Approximately 400,000 women served the armed forces in World War II. Although they weren't allowed in combat, they served vital roles in the country and across the world during the war.
Three women, who are WWII veterans, took off on the first-ever U.P. Honor Flight in September, but this journey was not the first time they've met. Their friendship runs deep, and they have a bond like no other.
"They know what we went through to get where we got," says veteran Joy Sleeper. "Other women that didn't serve, don't."
Each was stationed in the country. Joy Sleeper was with 1,500 other Navy girls in Cleveland, putting together survivor and death benefits for the soldiers.
"We'd get the forms from ships or a land base about somebody that died," Sleeper says. "We figured out how much money they had coming back."
Alice Baggett and Shirley Bentgen worked at a naval air station tending airplanes.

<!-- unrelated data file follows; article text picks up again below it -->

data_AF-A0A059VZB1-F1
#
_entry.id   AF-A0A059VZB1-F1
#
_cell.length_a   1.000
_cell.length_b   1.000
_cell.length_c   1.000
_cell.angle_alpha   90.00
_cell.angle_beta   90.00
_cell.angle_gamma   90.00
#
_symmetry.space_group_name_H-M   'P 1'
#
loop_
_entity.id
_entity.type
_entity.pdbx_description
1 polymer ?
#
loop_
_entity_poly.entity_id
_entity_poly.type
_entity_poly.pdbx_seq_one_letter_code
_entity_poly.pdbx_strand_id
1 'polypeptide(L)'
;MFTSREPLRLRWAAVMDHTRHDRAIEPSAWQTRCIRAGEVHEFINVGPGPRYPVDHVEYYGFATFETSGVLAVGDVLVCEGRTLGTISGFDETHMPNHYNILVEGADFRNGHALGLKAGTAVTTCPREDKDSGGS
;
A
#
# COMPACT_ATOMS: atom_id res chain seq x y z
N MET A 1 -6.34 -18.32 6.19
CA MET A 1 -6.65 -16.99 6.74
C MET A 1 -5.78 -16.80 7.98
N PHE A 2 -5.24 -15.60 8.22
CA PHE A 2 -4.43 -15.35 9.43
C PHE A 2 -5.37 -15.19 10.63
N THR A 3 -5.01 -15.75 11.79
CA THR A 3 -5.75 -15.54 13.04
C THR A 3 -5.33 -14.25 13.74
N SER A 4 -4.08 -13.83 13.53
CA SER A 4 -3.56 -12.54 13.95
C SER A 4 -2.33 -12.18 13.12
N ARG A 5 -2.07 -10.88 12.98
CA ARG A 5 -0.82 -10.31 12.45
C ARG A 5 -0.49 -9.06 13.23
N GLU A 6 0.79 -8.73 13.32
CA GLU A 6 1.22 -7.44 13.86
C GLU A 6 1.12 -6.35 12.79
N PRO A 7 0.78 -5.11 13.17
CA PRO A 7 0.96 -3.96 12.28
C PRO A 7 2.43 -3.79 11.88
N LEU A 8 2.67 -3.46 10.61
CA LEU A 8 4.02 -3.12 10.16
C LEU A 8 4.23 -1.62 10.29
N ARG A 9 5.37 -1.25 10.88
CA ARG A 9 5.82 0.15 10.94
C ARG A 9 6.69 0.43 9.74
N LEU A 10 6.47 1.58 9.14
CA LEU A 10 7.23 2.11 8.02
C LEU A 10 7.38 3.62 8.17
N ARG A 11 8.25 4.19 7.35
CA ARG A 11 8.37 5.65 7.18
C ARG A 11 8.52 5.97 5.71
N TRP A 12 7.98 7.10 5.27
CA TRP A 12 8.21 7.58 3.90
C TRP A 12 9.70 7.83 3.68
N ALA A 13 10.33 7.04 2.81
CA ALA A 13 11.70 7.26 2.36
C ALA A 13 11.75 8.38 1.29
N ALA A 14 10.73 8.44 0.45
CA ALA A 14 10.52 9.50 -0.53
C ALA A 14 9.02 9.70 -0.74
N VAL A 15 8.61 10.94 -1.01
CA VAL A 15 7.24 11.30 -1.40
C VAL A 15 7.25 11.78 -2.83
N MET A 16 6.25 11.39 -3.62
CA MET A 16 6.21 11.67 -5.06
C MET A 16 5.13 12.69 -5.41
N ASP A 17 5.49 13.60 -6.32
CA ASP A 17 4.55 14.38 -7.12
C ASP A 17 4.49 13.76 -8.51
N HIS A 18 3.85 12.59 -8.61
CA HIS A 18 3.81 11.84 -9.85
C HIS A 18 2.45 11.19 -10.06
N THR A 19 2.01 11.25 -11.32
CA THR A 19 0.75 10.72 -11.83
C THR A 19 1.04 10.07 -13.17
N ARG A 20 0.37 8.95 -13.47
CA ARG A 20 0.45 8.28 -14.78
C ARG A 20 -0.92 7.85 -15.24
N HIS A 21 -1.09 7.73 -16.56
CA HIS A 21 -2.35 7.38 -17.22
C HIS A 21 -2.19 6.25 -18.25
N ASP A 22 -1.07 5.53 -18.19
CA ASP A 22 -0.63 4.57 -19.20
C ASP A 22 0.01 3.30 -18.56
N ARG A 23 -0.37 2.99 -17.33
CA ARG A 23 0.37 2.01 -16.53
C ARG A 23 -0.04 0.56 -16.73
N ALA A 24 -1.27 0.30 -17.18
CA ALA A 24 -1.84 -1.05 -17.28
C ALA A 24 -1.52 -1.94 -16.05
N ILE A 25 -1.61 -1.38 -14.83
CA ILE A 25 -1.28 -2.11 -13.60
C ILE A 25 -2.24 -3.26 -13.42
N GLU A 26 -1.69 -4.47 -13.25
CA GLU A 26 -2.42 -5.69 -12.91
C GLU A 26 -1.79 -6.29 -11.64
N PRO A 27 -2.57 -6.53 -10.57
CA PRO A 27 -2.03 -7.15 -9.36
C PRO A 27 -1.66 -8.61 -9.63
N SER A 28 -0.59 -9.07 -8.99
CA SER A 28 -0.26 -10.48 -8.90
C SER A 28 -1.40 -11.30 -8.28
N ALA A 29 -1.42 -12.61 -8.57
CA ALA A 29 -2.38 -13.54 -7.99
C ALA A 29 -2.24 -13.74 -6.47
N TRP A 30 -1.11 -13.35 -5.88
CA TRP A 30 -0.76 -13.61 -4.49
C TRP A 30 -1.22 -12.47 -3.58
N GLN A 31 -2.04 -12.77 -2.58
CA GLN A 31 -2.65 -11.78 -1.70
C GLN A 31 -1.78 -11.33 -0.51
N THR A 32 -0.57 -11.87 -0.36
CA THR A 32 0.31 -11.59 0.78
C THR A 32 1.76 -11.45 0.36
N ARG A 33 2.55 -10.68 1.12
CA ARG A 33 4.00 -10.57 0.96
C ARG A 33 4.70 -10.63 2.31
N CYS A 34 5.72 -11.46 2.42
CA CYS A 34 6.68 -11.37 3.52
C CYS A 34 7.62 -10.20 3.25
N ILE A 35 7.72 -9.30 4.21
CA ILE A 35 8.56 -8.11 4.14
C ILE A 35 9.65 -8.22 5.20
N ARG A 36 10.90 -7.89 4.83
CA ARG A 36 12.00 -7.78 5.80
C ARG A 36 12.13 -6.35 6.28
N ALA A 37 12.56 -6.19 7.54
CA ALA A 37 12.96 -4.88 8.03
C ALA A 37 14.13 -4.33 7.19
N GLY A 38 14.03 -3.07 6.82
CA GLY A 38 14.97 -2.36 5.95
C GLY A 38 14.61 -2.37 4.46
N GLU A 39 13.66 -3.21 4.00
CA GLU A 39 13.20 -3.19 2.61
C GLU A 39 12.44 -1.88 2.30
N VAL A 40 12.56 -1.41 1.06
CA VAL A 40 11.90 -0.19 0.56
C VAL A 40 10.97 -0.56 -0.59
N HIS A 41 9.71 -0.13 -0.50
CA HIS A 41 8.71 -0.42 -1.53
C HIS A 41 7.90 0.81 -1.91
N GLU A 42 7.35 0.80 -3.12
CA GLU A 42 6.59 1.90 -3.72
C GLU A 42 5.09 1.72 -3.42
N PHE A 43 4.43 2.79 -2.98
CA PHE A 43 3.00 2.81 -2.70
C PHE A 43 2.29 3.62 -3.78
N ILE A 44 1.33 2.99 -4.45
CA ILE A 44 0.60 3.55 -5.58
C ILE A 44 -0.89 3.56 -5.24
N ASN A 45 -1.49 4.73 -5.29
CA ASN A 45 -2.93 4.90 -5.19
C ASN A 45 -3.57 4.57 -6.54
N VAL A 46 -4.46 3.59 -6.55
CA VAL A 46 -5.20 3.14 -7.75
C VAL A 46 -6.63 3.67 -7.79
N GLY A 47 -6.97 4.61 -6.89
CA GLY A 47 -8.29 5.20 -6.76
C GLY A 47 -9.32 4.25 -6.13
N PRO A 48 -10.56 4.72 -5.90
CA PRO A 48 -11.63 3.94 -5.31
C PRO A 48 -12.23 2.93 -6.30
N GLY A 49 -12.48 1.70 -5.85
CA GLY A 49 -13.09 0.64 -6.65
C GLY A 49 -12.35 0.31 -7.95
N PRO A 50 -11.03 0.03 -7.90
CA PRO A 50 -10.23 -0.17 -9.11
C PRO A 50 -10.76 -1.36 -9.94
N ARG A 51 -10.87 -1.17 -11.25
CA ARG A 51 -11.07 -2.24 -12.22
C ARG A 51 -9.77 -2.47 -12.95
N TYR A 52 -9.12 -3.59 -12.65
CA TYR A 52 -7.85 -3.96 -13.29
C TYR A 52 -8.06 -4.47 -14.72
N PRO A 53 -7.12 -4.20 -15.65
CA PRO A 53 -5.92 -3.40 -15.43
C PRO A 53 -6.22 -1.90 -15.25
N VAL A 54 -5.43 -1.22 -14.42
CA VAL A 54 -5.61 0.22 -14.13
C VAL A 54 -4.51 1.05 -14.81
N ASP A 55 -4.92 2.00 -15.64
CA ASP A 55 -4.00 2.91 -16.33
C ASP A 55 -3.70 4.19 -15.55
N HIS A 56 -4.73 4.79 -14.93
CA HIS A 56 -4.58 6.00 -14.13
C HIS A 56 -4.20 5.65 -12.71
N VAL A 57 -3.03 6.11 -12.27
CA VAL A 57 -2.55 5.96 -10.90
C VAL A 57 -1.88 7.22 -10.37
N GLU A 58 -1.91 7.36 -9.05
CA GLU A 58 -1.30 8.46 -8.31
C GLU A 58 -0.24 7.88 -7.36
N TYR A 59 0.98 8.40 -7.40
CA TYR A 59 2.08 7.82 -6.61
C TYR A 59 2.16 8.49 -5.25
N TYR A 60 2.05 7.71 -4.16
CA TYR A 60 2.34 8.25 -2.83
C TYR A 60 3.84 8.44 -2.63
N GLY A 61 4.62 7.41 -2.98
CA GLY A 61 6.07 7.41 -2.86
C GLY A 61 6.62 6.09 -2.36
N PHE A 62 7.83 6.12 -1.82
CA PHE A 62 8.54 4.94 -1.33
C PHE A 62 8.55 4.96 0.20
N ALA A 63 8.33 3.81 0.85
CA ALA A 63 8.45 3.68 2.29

"They'd bring the planes in after so many hours and recondition them," says Bentgen. "I was in parts control--I'd take things to the different areas that had to be fixed."
They really came together to form a longstanding friendship after the war in Hiawatha Shores WAVES National, an organization for women Navy veterans. But, i t's been getting harder for them to make it to their regular WAVES meetings.
Thanks to the Honor Flight, a non-profit organization that sends veterans to see their memorials in Washington D.C., free of charge, they'll finally be able to check an item off their bucket list: see their memorials before it's too late.
What they didn't expect was the appreciation they received from friends, family and even strangers.
"It's beyond expectations," Bentgen says. "My gosh, they treat us like celebrities!"
They stand behind the women who currently serve the military and say it's not easy.
"I think there's more harassment for the girls; we didn't have the men with us because they were all fighting," Sleeper says. "Now, they've got to fight alongside the men."